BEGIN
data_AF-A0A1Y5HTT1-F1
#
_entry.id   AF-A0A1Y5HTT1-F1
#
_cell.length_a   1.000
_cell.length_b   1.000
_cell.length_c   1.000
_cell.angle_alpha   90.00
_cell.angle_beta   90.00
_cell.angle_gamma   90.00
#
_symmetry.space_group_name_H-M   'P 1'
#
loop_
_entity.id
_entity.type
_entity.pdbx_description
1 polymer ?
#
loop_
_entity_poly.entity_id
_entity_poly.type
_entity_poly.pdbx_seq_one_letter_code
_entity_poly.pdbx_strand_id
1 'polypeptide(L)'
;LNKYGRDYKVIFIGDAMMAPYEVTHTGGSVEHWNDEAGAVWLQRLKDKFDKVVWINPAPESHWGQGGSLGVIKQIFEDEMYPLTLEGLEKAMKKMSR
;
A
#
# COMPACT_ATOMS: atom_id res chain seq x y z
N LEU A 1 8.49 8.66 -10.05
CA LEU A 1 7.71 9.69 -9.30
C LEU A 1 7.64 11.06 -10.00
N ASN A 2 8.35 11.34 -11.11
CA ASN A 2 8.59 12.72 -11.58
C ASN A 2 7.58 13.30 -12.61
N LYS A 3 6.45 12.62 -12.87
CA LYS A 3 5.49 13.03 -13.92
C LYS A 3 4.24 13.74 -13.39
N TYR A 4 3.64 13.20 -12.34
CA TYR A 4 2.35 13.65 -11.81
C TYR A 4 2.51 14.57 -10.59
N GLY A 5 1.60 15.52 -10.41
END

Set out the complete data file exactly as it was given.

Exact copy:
data_AF-A0A1Y5HTT1-F1
#
_entry.id   AF-A0A1Y5HTT1-F1
#
_cell.length_a   1.000
_cell.length_b   1.000
_cell.length_c   1.000
_cell.angle_alpha   90.00
_cell.angle_beta   90.00
_cell.angle_gamma   90.00
#
_symmetry.space_group_name_H-M   'P 1'
#
loop_
_entity.id
_entity.type
_entity.pdbx_description
1 polymer ?
#
loop_
_entity_poly.entity_id
_entity_poly.type
_entity_poly.pdbx_seq_one_letter_code
_entity_poly.pdbx_strand_id
1 'polypeptide(L)'
;LNKYGRDYKVIFIGDAMMAPYEVTHTGGSVEHWNDEAGAVWLQRLKDKFDKVVWINPAPESHWGQGGSLGVIKQIFEDEMYPLTLEGLEKAMKKMSR
;
A
#
# COMPACT_ATOMS: atom_id res chain seq x y z
N LEU A 1 8.49 8.66 -10.05
CA LEU A 1 7.71 9.69 -9.30
C LEU A 1 7.64 11.06 -10.00
N ASN A 2 8.35 11.34 -11.11
CA ASN A 2 8.59 12.72 -11.58
C ASN A 2 7.58 13.30 -12.61
N LYS A 3 6.45 12.62 -12.87
CA LYS A 3 5.49 13.03 -13.92
C LYS A 3 4.24 13.74 -13.39
N TYR A 4 3.64 13.20 -12.34
CA TYR A 4 2.35 13.65 -11.81
C TYR A 4 2.51 14.57 -10.59
N GLY A 5 1.60 15.52 -10.41